Amadeus, like My Fair Lady, is so artistically demanding and well-known that one wonders why anyone stage it. Small companies are often guilty of this kind of overreach – usually with predictable results. However, occasionally someone does something so astounding that it remains a high water mark for seasons to follow. San Francisco Playhouse did it with My Fair Lady, and City Lights in San Jose comes darn close to doing the same with Amadeus.
Much of the credit here goes to the redoubtable Aidan O’Reilly, who played Mozart’s nemesis, Antonio Salieri. O’Reilly has a quiet intensity, as if consciously containing all the energy at his command. Nary a gesture is wasted in this astonishing performance. Indeed, some of his most remarkable scenes are ones in which he moves not a muscle, but remains pointedly focused. Once you’ve seen this, you’ll want to see more of him.
George Psarras, as Mozart, is Salieri’s polar opposite: unrestrained where Salieri is contained, guileless where Salieri is manipulative. The portrayal of a dementedly cackling Mozart, were etched into our cultural consciousness in the in the mid-‘80’s by the inescapable trailers for the Milŏs Foreman movie. Such images make this role difficult, if only by creating expectations, but Psarras makes it his, bringing a sweet naïveté that the movie didn’t quite pull off.
However, acting alone isn’t enough to transform a show from overly ambitious to something that deeply engages the audience. One thing learned from the San Francisco Playhouse My Fair Lady is that less is more.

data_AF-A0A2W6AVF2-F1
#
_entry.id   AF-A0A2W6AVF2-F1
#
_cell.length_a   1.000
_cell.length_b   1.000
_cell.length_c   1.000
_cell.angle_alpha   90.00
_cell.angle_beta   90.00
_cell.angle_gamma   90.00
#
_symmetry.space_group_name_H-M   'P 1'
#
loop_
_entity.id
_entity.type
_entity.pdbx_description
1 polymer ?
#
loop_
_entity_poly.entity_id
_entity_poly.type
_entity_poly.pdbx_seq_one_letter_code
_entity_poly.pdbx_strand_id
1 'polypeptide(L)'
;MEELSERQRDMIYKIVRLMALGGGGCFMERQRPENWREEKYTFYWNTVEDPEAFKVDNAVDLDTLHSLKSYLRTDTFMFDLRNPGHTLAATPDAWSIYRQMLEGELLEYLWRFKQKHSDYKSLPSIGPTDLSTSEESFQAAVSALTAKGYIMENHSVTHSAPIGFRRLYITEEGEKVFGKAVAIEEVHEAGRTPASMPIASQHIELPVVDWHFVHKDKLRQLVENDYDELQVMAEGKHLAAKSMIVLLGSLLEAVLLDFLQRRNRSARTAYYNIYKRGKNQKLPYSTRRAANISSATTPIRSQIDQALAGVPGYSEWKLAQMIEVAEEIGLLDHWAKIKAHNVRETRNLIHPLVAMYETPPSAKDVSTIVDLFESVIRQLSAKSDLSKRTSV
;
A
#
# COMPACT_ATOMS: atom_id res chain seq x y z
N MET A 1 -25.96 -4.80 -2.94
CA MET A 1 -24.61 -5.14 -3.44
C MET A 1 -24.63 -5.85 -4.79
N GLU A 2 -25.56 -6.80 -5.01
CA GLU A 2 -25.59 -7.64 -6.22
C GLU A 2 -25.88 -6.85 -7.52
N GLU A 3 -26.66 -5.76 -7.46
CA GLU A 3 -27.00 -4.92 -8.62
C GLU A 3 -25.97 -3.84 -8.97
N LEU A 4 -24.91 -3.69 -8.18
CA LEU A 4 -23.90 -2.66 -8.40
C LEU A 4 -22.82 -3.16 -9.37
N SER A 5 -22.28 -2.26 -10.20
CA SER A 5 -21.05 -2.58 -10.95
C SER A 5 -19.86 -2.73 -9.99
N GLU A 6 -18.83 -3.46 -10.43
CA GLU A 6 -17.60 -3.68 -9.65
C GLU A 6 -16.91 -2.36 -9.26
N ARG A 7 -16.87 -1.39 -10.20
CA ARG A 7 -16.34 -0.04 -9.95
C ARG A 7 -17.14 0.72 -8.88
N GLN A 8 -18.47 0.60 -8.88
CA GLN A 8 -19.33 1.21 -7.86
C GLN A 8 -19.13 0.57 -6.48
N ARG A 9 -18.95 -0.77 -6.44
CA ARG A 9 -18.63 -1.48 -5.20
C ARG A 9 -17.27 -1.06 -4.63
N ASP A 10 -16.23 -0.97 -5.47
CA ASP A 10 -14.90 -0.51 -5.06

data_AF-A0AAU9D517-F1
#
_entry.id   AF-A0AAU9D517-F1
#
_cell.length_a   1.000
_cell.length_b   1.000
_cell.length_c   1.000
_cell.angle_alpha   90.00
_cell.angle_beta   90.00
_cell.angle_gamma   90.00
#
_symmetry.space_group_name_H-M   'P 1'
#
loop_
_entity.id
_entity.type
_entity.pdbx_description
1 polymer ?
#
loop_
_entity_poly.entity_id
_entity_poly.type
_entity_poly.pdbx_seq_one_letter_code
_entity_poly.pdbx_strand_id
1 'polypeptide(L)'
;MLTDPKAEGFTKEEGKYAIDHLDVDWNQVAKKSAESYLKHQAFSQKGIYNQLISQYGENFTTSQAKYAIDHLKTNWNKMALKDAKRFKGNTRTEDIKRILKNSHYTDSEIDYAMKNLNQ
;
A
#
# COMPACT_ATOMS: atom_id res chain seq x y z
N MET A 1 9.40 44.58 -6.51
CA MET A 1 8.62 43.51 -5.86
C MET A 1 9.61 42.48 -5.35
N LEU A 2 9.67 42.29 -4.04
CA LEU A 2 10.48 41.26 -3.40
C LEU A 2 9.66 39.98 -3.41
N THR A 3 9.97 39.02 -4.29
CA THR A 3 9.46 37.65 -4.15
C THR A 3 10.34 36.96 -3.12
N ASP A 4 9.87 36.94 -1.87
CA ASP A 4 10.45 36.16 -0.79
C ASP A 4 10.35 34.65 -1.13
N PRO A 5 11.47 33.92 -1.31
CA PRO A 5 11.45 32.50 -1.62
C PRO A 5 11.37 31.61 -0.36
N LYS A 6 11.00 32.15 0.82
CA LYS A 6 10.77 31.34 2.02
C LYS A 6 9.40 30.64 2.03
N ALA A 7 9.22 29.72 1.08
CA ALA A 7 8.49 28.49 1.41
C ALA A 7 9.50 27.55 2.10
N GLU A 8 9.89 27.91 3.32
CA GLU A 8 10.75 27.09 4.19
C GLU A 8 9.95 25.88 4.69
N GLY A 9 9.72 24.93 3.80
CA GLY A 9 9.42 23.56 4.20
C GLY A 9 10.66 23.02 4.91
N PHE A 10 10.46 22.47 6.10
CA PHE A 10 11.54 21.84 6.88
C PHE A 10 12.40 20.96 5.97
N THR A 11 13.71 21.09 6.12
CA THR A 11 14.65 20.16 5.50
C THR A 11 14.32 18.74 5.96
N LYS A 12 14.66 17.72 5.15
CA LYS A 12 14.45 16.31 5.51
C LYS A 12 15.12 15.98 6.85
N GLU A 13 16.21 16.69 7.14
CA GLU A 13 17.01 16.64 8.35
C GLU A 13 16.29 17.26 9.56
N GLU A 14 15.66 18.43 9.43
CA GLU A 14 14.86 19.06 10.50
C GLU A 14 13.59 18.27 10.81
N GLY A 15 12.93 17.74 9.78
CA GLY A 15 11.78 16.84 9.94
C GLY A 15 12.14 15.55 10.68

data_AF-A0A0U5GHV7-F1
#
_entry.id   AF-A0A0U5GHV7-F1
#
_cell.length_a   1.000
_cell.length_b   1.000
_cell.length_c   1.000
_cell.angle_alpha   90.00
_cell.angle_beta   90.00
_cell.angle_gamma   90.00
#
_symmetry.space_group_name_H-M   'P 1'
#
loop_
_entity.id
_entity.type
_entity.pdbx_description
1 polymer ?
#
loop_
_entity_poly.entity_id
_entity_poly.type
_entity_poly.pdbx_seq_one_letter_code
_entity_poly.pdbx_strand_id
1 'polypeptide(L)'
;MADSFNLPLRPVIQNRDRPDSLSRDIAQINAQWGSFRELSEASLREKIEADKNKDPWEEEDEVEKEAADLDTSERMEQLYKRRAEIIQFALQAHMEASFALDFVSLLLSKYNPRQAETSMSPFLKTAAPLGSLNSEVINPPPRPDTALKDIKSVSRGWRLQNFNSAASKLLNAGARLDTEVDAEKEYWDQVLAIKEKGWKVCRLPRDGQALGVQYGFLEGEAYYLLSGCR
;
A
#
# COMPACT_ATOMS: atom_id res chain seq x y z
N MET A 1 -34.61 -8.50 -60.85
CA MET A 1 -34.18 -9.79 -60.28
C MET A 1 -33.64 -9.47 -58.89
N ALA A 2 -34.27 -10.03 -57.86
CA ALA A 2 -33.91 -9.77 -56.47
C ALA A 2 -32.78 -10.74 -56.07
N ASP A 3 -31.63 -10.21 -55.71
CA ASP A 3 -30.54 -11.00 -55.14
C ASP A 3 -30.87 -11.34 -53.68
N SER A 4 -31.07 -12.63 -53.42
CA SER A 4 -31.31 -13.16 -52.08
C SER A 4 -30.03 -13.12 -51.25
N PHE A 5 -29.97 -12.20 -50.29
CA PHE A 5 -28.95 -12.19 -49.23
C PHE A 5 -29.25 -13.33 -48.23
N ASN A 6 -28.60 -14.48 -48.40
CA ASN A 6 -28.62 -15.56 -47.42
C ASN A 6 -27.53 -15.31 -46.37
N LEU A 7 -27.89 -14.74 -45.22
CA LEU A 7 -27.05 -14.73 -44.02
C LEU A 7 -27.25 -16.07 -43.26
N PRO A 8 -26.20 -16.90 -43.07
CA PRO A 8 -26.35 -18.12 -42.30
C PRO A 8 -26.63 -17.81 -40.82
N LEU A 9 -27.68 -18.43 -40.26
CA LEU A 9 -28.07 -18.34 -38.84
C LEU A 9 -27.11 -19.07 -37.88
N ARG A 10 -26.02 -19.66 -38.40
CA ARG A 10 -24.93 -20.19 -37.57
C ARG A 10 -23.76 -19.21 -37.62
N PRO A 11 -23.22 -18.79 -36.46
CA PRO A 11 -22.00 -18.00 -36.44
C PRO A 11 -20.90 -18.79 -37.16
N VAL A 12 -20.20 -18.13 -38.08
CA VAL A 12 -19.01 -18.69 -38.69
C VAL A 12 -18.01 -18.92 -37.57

Such a minimalist perspective seems impossible for a show that most of us remember for orchestration and lush sets. While Amadeus didn’t come anywhere close to the bare bones set of My Fair Lady, smart decisions were made along the way as to what to omit.
For starters, the production didn’t try to reproduce all the music found in the Foreman movie, largely making do with snippets of canned operas and concertos. However, this focused attention on those rare instances when someone approached the baby grand on stage, such as when time Salieri sounded not unlike a second year piano student, and when Mozart repeated the composition, sounding more like – well, Mozart.
ALSO ON STARK INSIDER: Bug Out! Actors spotted backstage at San Jose Rep eating crickets! (VIDEO)
Set designer Ron Gasparinetti didn’t opt for a minimalist set. However, instead of creating an artificially opulent world with an over-abundance of detail, he relied more on framing the set to create perspective and to literally open up the world of 18th century Vienna. Instead of complex transitions, individual pieces of period furniture were easily taken on and off the stage to suggest a location, a strategy that was advanced by Nick Kumamoto’s subtle lighting design.
Sales of this show were so brisk it sold out before the previews. Fortunately, it’s been extended through April 27th.